It's fantastic that you take everything out of context to dig your way out of holes. I mentioned autocar don't mention mpg figures because tou can use it as a measurement for costs, going on about American mpg figures is pointless to some degree because they use different measuring techniques, Toyota reckon it equates to about 60 mpg for the Mira by the time you do an official figure that'll probably be 55mpg so the running costs will be the same as a diesel, maybe more. I think you're still sore that the Panamera is being whipped by the Telsa! I tell you what if Hydrogen cars are out selling plug-ins by this time next year I'll stop posting else you will, deal. Either way no more of you attempted 'comical' comparasions about Hitler and Jews please!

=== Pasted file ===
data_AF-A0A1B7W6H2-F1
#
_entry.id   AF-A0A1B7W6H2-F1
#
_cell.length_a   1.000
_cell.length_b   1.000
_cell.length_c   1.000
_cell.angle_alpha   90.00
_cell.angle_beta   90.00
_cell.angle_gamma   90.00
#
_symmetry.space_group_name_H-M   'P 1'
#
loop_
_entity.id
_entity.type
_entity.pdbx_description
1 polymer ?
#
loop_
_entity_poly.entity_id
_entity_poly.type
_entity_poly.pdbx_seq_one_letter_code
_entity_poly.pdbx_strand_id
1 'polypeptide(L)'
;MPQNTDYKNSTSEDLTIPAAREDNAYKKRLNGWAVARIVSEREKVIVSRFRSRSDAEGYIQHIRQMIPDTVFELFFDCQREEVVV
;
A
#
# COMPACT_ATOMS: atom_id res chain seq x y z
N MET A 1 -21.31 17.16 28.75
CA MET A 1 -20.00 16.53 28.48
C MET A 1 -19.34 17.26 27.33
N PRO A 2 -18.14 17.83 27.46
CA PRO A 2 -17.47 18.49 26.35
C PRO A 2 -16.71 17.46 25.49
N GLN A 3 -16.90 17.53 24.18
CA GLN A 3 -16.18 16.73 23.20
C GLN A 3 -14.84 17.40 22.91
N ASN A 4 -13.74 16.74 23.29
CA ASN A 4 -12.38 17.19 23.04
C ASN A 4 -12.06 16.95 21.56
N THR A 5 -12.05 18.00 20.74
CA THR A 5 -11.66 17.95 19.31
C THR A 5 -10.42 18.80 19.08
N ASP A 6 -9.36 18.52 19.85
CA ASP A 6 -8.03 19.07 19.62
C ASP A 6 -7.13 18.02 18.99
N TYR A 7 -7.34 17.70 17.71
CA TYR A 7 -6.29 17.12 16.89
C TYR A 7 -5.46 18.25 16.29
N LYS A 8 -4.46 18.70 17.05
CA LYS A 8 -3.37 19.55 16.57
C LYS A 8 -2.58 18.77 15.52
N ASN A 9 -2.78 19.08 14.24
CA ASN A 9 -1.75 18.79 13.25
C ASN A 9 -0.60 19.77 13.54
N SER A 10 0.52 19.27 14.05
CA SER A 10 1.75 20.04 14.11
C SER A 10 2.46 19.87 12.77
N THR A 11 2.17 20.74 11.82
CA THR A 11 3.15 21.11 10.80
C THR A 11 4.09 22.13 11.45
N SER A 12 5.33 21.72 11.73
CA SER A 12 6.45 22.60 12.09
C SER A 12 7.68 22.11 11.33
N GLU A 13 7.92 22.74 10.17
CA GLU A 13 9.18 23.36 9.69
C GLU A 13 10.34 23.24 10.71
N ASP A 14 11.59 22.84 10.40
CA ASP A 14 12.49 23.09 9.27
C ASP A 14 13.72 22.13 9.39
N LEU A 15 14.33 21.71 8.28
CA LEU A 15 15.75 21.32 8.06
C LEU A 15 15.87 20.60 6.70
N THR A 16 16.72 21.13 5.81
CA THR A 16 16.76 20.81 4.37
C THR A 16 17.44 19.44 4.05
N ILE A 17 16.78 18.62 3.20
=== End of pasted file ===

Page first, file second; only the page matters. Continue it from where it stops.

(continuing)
You really are very poor at everything you do aren't you XXXX. Exactly where do I suggest that the Leaf is a large car?? Go on, point it out!! Failed to read a post properly again have we XXXX?? You really are a very very stupid little person aren't you XXXX!!

gigglebug 17 December 2015

To quote you as your obviously too stupid to remember!!

xxxx wrote: